Skip to main content

Apple Watch’s default app view is bad

Posted in Apple and Design

This Christmas, both my mum and brother counted Apple Watches amongst their presents (!) and, as the family Apple aficionado, they asked me to show them how to use their new gadgets.

My mum enjoyed exploring the faces, while my brother’s mind was blown at how nicely the sports strap secures itself to your wrist. Happy recipients. But the one thing that gave them both some trouble was the app view screen, accessed by pressing the Digital Crown.

The default view is the ‘Grid view’, and I’ll admit the honeycomb arrangement of the circular app icons is pretty to look at, but my mum hadn’t the slightest idea what to do with all of those wee circles. My brother faired better, understanding that they were apps to choose from, but he had trouble identifying some, like the Stopwatch and Timer apps, whose icons are almost identical.

The Grid View screen on Apple Watch, with the Stopwatch and Timer apps in the centre, both orange circles with white clock-style icons.

It’s the only place on watchOS that uses this cluster-style design for a collection of items. Everywhere else, a vertically scrolling list is employed, that you can navigate with either your finger or the Digital Crown. Consistent and sensible.

Thankfully, you can change the Grid View to something more in keeping with the rest of the operating system; something I had done a long time ago, which is why I’d forgotten what the default was. Just long press anywhere on the app view screen to trigger ‘View Options’:

An Apple Watch settings screen showing ‘Cancel’, ‘Grid View’, ‘App View’, and ‘Edit Apps’ options.

Note: you can also do this in Settings → App View or, if you prefer to use your phone, the Watch app → App View.

Selecting the ‘List View’ option makes things much more usable, presenting the icons in alphabetical order with the app icon to the left of a text label:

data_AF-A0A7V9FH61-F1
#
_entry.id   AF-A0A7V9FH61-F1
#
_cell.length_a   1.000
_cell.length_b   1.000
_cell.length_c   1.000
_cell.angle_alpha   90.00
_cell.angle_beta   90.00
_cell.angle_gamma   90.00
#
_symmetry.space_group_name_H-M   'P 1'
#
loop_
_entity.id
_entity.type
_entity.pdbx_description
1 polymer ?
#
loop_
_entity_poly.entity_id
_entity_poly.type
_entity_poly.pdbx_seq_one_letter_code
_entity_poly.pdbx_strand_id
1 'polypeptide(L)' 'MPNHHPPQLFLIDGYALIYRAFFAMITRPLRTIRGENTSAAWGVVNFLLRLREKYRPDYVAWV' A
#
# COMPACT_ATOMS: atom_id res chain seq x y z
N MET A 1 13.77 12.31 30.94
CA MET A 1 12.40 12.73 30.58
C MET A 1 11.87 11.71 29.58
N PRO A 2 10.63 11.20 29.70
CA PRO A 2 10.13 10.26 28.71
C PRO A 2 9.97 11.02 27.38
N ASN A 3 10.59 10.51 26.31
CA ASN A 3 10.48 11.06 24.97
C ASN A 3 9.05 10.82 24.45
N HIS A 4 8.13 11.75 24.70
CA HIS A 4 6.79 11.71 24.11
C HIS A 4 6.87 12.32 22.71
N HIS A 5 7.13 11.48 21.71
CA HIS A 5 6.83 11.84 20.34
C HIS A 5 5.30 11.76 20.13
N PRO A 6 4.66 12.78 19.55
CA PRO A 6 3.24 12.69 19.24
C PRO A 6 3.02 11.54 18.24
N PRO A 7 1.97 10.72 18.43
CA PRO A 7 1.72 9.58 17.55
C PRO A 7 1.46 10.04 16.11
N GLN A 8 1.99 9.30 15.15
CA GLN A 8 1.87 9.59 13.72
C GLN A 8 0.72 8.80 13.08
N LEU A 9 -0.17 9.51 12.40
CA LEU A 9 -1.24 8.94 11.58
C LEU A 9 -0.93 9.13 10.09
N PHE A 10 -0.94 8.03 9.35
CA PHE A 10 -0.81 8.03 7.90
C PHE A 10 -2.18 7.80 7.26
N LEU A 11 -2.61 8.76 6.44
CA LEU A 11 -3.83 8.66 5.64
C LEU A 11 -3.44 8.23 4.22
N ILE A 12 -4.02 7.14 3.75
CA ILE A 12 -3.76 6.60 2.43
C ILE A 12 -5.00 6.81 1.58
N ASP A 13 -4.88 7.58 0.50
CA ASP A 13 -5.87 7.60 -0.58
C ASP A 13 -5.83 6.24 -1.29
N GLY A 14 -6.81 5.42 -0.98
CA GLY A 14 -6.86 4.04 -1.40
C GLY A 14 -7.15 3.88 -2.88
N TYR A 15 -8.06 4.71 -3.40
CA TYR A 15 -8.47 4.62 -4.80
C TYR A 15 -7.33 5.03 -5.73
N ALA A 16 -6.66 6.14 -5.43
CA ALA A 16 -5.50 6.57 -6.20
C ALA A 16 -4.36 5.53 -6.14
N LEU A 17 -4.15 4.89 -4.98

The List View screen on Apple Watch, showing five apps, with the Stopwatch and Timer apps in the centre of the screen. The first and last items are smaller, indented, and cropped by the top and bottom of the screen, to suggest they're scrollable.

In List View, ambiguous or difficult to identify app icons are a non-issue since you can use the visible text label. It’s also clear what’s going on. By all means, Apple, keep Grid View for people who enjoy a bit of a guessing game, but why List View isn’t the default is beyond me.

Accessibility in your inbox

I send an accessibility-centric newsletter on the last day of every month, containing:

  • A roundup of the articles I’ve posted
  • A hot pick from my archives
  • Some interesting posts from around the web

I don’t collect any data on when, where or if people open the emails I send them. Your email will only be used to send you newsletters and will never be passed on. You can unsubscribe at any time.

More posts

Here are a couple more posts for you to enjoy. If that’s not enough, have a look at the full list.

  1. Images as the first thing in a button or link

    If the text of an interactive element like a button or link is preceded with an accessible image, we’ve probably got an accessibility problem.

  2. Alt text for CSS generated content

    There’s an interesting feature in Safari 17.4 that allows content added with CSS to have ‘alt’ text. I’m not sure how I feel about this.